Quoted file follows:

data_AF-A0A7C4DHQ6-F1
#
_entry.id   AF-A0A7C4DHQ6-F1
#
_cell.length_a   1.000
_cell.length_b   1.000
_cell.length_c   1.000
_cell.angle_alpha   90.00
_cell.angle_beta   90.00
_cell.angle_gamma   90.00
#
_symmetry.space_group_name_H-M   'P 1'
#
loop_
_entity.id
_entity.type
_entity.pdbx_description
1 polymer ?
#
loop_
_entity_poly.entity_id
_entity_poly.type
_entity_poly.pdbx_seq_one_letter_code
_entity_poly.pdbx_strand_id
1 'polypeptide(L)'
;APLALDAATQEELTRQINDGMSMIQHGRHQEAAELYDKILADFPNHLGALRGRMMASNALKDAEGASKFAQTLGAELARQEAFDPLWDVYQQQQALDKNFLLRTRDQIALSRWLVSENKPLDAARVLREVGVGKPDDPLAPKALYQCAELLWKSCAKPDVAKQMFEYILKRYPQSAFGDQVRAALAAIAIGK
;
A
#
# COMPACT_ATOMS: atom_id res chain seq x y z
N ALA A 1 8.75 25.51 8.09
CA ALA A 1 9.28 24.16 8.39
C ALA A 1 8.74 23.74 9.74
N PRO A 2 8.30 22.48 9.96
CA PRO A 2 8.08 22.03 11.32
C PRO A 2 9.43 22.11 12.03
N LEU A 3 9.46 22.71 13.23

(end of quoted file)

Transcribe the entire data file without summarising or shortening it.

data_AF-A0A7C4DHQ6-F1
#
_entry.id   AF-A0A7C4DHQ6-F1
#
_cell.length_a   1.000
_cell.length_b   1.000
_cell.length_c   1.000
_cell.angle_alpha   90.00
_cell.angle_beta   90.00
_cell.angle_gamma   90.00
#
_symmetry.space_group_name_H-M   'P 1'
#
loop_
_entity.id
_entity.type
_entity.pdbx_description
1 polymer ?
#
loop_
_entity_poly.entity_id
_entity_poly.type
_entity_poly.pdbx_seq_one_letter_code
_entity_poly.pdbx_strand_id
1 'polypeptide(L)'
;APLALDAATQEELTRQINDGMSMIQHGRHQEAAELYDKILADFPNHLGALRGRMMASNALKDAEGASKFAQTLGAELARQEAFDPLWDVYQQQQALDKNFLLRTRDQIALSRWLVSENKPLDAARVLREVGVGKPDDPLAPKALYQCAELLWKSCAKPDVAKQMFEYILKRYPQSAFGDQVRAALAAIAIGK
;
A
#
# COMPACT_ATOMS: atom_id res chain seq x y z
N ALA A 1 8.75 25.51 8.09
CA ALA A 1 9.28 24.16 8.39
C ALA A 1 8.74 23.74 9.74
N PRO A 2 8.30 22.48 9.96
CA PRO A 2 8.08 22.03 11.32
C PRO A 2 9.43 22.11 12.03
N LEU A 3 9.46 22.71 13.23